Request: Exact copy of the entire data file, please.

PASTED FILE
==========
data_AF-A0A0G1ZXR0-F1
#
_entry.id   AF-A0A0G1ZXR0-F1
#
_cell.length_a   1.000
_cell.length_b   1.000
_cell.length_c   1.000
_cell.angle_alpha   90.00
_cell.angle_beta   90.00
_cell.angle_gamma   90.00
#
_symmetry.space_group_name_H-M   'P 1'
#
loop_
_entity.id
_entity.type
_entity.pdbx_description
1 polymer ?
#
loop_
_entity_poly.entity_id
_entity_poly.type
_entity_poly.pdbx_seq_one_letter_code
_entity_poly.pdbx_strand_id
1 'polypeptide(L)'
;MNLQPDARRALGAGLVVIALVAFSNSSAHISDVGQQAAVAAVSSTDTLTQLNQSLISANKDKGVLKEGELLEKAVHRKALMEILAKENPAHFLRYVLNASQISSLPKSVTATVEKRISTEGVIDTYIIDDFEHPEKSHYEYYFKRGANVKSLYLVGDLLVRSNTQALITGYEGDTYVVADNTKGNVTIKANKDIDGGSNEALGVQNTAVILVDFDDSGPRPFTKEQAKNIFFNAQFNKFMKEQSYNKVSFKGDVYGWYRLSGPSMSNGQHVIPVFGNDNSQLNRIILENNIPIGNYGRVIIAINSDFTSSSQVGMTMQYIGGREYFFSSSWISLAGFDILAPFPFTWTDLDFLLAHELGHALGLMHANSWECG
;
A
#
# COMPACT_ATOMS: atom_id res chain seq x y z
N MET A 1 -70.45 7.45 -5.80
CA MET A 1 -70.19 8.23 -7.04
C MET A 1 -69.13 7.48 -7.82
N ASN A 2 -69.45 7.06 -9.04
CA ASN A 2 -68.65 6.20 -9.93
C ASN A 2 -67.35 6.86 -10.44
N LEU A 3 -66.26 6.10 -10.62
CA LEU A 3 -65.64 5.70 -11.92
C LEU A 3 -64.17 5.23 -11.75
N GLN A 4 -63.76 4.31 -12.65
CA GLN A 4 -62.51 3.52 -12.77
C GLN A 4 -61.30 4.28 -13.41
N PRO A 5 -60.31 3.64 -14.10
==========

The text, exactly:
data_AF-A0A0G1ZXR0-F1
#
_entry.id   AF-A0A0G1ZXR0-F1
#
_cell.length_a   1.000
_cell.length_b   1.000
_cell.length_c   1.000
_cell.angle_alpha   90.00
_cell.angle_beta   90.00
_cell.angle_gamma   90.00
#
_symmetry.space_group_name_H-M   'P 1'
#
loop_
_entity.id
_entity.type
_entity.pdbx_description
1 polymer ?
#
loop_
_entity_poly.entity_id
_entity_poly.type
_entity_poly.pdbx_seq_one_letter_code
_entity_poly.pdbx_strand_id
1 'polypeptide(L)'
;MNLQPDARRALGAGLVVIALVAFSNSSAHISDVGQQAAVAAVSSTDTLTQLNQSLISANKDKGVLKEGELLEKAVHRKALMEILAKENPAHFLRYVLNASQISSLPKSVTATVEKRISTEGVIDTYIIDDFEHPEKSHYEYYFKRGANVKSLYLVGDLLVRSNTQALITGYEGDTYVVADNTKGNVTIKANKDIDGGSNEALGVQNTAVILVDFDDSGPRPFTKEQAKNIFFNAQFNKFMKEQSYNKVSFKGDVYGWYRLSGPSMSNGQHVIPVFGNDNSQLNRIILENNIPIGNYGRVIIAINSDFTSSSQVGMTMQYIGGREYFFSSSWISLAGFDILAPFPFTWTDLDFLLAHELGHALGLMHANSWECG
;
A
#
# COMPACT_ATOMS: atom_id res chain seq x y z
N MET A 1 -70.45 7.45 -5.80
CA MET A 1 -70.19 8.23 -7.04
C MET A 1 -69.13 7.48 -7.82
N ASN A 2 -69.45 7.06 -9.04
CA ASN A 2 -68.65 6.20 -9.93
C ASN A 2 -67.35 6.86 -10.44
N LEU A 3 -66.26 6.10 -10.62
CA LEU A 3 -65.64 5.70 -11.92
C LEU A 3 -64.17 5.23 -11.75
N GLN A 4 -63.76 4.31 -12.65
CA GLN A 4 -62.51 3.52 -12.77
C GLN A 4 -61.30 4.28 -13.41
N PRO A 5 -60.31 3.64 -14.10